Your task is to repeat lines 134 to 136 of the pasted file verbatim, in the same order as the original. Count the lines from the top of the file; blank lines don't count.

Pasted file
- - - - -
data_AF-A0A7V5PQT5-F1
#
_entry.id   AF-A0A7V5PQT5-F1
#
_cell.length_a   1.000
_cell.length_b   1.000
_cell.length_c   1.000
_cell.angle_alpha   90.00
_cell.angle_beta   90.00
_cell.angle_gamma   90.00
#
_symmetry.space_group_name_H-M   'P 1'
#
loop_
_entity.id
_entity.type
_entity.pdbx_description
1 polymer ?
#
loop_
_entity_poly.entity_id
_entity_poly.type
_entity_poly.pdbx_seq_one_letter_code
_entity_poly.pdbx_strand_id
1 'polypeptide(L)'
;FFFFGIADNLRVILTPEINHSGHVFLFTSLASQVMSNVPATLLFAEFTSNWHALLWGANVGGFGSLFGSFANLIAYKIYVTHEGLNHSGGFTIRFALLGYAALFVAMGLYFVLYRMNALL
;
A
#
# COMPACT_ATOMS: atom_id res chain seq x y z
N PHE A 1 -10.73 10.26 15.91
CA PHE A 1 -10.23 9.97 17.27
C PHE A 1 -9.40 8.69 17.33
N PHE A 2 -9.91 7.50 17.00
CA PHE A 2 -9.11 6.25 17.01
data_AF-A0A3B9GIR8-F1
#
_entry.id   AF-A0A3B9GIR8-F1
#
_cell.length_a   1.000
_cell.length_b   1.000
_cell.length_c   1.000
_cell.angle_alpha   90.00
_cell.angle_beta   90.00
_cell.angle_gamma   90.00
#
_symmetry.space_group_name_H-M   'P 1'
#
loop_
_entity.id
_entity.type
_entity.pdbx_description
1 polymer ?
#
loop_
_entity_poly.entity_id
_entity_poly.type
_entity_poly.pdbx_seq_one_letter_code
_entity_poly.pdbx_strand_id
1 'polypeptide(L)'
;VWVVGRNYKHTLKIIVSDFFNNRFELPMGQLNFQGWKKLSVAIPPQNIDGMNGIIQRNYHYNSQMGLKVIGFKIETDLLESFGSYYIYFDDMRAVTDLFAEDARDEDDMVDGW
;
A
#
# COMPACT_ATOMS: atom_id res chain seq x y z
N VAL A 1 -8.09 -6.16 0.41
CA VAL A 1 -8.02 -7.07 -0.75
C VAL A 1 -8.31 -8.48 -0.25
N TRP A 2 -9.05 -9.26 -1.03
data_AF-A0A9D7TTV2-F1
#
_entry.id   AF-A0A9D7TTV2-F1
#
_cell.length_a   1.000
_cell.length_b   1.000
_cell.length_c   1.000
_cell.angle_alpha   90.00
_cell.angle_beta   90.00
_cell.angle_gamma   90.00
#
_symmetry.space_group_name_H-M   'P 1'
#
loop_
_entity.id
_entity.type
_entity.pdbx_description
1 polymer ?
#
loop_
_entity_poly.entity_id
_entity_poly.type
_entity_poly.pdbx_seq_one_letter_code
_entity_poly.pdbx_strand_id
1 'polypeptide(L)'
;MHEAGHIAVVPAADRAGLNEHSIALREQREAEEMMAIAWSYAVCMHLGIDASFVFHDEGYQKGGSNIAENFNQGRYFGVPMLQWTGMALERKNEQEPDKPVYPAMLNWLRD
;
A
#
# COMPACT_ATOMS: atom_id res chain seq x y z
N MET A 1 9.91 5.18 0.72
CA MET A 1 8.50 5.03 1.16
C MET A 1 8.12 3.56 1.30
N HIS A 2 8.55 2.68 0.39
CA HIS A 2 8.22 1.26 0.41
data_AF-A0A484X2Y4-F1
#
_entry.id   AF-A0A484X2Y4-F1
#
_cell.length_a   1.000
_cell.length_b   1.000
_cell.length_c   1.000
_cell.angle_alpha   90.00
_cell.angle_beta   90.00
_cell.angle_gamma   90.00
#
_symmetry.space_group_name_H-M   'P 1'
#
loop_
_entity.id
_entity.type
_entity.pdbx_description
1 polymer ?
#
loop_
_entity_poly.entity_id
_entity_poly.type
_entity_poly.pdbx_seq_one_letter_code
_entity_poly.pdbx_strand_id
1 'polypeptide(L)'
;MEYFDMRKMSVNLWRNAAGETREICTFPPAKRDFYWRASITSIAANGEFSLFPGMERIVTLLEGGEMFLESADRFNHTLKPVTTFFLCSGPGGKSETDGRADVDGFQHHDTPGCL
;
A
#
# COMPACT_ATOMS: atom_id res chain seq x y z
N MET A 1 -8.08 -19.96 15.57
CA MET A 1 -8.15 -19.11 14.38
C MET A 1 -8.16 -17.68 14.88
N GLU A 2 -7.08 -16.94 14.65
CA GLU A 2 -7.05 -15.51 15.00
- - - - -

# COMPACT_ATOMS: atom_id res chain seq x y z
N MET A 1 -8.08 -19.96 15.57
CA MET A 1 -8.15 -19.11 14.38